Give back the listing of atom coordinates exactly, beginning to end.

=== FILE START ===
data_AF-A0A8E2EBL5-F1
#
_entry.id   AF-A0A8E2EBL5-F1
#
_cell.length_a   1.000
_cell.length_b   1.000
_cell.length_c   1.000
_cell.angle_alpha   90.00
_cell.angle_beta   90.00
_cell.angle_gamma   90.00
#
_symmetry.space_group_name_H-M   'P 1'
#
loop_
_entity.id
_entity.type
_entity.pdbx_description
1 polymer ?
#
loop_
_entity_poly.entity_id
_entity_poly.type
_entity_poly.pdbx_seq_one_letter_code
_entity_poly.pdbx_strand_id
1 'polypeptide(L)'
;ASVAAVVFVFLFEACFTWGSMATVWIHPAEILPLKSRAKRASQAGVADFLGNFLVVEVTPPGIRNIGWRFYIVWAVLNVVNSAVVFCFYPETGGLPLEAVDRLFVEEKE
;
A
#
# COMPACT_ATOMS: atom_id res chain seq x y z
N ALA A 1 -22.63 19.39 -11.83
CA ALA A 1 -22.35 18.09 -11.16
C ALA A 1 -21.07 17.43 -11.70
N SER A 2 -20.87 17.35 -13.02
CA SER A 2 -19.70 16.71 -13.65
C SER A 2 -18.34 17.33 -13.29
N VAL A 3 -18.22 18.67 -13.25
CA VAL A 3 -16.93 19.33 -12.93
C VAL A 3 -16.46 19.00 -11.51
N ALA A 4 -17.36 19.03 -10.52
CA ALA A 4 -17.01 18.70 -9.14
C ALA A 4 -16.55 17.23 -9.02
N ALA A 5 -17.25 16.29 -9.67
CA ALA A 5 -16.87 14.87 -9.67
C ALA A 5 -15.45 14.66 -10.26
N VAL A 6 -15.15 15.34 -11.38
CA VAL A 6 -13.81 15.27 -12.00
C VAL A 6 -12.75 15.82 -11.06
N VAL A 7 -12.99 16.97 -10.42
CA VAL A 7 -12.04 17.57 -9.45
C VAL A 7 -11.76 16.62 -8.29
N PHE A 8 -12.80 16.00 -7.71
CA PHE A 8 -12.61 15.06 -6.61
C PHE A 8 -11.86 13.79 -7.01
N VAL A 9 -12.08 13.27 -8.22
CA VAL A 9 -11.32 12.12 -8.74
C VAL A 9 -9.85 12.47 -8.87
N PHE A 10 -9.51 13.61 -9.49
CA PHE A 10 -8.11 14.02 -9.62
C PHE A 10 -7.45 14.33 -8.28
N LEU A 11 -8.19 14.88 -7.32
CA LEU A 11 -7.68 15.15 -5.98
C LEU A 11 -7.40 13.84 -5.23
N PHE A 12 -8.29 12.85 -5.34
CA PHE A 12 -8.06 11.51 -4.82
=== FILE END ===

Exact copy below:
data_AF-A0A8E2EBL5-F1
#
_entry.id   AF-A0A8E2EBL5-F1
#
_cell.length_a   1.000
_cell.length_b   1.000
_cell.length_c   1.000
_cell.angle_alpha   90.00
_cell.angle_beta   90.00
_cell.angle_gamma   90.00
#
_symmetry.space_group_name_H-M   'P 1'
#
loop_
_entity.id
_entity.type
_entity.pdbx_description
1 polymer ?
#
loop_
_entity_poly.entity_id
_entity_poly.type
_entity_poly.pdbx_seq_one_letter_code
_entity_poly.pdbx_strand_id
1 'polypeptide(L)'
;ASVAAVVFVFLFEACFTWGSMATVWIHPAEILPLKSRAKRASQAGVADFLGNFLVVEVTPPGIRNIGWRFYIVWAVLNVVNSAVVFCFYPETGGLPLEAVDRLFVEEKE
;
A
#
# COMPACT_ATOMS: atom_id res chain seq x y z
N ALA A 1 -22.63 19.39 -11.83
CA ALA A 1 -22.35 18.09 -11.16
C ALA A 1 -21.07 17.43 -11.70
N SER A 2 -20.87 17.35 -13.02
CA SER A 2 -19.70 16.71 -13.65
C SER A 2 -18.34 17.33 -13.29
N VAL A 3 -18.22 18.67 -13.25
CA VAL A 3 -16.93 19.33 -12.93
C VAL A 3 -16.46 19.00 -11.51
N ALA A 4 -17.36 19.03 -10.52
CA ALA A 4 -17.01 18.70 -9.14
C ALA A 4 -16.55 17.23 -9.02
N ALA A 5 -17.25 16.29 -9.67
CA ALA A 5 -16.87 14.87 -9.67
C ALA A 5 -15.45 14.66 -10.26
N VAL A 6 -15.15 15.34 -11.38
CA VAL A 6 -13.81 15.27 -12.00
C VAL A 6 -12.75 15.82 -11.06
N VAL A 7 -12.99 16.97 -10.42
CA VAL A 7 -12.04 17.57 -9.45
C VAL A 7 -11.76 16.62 -8.29
N PHE A 8 -12.80 16.00 -7.71
CA PHE A 8 -12.61 15.06 -6.61
C PHE A 8 -11.86 13.79 -7.01
N VAL A 9 -12.08 13.27 -8.22
CA VAL A 9 -11.32 12.12 -8.74
C VAL A 9 -9.85 12.47 -8.87
N PHE A 10 -9.51 13.61 -9.49
CA PHE A 10 -8.11 14.02 -9.62
C PHE A 10 -7.45 14.33 -8.28
N LEU A 11 -8.19 14.88 -7.32
CA LEU A 11 -7.68 15.15 -5.98
C LEU A 11 -7.40 13.84 -5.23
N PHE A 12 -8.29 12.85 -5.34
CA PHE A 12 -8.06 11.51 -4.82